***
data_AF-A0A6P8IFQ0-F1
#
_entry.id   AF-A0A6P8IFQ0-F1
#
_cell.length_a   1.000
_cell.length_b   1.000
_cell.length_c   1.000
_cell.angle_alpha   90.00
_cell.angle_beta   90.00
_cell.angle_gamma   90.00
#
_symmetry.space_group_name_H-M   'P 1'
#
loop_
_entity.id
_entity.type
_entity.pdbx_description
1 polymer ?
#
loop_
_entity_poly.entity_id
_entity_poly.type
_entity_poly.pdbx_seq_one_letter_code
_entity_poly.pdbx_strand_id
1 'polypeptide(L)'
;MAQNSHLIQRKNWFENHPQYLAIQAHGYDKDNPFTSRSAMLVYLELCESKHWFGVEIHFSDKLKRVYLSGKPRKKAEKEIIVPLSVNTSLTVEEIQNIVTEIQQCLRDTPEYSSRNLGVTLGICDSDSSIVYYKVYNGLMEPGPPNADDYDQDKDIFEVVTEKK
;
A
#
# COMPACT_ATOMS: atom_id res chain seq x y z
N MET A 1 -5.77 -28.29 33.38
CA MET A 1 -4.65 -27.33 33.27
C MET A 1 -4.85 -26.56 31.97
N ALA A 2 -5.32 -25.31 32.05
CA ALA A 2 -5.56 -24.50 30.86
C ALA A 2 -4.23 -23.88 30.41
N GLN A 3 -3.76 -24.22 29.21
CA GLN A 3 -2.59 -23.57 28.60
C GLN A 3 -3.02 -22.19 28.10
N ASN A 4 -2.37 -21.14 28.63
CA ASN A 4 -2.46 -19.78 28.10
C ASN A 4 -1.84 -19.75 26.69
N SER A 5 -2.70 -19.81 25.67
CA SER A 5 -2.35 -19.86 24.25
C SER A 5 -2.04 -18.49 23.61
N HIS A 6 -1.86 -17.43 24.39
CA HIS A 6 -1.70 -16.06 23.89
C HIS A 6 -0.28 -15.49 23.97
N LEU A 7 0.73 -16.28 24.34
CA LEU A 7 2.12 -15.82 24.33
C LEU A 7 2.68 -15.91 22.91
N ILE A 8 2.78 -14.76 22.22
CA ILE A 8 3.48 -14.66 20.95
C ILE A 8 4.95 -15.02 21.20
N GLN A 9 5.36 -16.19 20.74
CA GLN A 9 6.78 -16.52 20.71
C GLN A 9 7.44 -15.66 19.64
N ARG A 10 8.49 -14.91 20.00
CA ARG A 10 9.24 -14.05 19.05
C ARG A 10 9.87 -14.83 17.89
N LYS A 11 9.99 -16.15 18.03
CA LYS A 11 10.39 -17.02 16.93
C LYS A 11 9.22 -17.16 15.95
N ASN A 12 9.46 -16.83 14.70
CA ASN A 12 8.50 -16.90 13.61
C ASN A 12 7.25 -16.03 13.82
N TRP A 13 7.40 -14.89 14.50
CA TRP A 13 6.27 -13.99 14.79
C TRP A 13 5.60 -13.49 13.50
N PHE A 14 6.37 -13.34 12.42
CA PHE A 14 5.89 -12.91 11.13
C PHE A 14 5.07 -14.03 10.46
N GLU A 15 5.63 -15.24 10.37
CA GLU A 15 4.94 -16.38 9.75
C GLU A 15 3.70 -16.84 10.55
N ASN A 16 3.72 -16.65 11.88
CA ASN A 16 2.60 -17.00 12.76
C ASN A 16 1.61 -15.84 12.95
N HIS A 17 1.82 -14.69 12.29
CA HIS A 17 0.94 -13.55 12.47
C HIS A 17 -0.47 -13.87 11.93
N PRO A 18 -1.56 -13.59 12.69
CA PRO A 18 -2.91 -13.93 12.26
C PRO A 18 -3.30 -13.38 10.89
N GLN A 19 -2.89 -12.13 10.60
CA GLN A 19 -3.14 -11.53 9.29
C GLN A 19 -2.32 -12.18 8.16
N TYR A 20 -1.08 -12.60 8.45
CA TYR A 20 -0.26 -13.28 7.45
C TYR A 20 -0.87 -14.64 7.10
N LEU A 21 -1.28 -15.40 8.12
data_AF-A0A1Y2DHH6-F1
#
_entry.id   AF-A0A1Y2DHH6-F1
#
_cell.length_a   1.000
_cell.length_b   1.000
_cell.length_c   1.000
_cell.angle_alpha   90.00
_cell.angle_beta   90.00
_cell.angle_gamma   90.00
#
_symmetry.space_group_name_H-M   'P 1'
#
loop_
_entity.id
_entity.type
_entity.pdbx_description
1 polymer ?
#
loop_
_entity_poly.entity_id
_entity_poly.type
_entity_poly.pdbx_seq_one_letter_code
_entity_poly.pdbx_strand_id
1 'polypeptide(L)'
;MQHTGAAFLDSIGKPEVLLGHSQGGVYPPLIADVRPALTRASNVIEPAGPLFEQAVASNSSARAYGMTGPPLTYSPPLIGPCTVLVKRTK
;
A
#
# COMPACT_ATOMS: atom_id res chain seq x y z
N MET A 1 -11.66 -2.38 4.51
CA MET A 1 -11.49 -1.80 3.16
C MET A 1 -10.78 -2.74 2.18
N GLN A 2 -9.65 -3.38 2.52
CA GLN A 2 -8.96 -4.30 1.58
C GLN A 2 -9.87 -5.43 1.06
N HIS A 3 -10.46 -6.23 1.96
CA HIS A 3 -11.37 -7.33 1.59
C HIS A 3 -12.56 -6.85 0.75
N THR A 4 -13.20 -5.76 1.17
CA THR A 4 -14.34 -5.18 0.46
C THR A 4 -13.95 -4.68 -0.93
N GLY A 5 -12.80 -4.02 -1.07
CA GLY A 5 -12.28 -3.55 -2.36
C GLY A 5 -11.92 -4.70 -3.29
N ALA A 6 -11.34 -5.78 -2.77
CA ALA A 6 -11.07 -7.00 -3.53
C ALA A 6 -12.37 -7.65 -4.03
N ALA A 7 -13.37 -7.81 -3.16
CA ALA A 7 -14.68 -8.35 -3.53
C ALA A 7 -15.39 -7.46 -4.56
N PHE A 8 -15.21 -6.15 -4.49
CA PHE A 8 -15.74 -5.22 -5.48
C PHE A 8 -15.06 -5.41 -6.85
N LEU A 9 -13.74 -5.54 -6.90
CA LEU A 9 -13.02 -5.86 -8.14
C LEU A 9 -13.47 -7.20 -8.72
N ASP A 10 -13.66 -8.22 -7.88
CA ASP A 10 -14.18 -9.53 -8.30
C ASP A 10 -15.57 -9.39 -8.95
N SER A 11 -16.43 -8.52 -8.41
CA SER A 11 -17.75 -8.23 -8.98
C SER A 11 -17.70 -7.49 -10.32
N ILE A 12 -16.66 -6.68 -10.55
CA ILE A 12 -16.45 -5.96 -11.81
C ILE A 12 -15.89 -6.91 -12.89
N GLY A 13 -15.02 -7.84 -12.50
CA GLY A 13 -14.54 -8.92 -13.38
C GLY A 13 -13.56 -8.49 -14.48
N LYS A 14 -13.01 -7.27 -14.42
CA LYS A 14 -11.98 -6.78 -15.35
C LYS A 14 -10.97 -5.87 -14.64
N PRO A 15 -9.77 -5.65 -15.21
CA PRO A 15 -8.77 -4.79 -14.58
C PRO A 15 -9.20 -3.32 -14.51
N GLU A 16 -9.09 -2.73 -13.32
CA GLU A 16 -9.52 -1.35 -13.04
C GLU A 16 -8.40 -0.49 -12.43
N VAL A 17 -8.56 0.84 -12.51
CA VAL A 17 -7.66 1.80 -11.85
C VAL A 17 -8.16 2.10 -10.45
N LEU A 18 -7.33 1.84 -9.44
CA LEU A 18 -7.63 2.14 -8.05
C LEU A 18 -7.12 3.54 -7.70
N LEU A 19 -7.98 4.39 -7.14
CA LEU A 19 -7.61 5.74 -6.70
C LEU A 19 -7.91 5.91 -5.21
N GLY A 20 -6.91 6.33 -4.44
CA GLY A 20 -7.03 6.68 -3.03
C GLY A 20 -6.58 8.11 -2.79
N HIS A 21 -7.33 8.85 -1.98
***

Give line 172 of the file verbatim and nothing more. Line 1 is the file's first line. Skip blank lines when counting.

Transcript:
C VAL A 17 -8.16 2.10 -10.45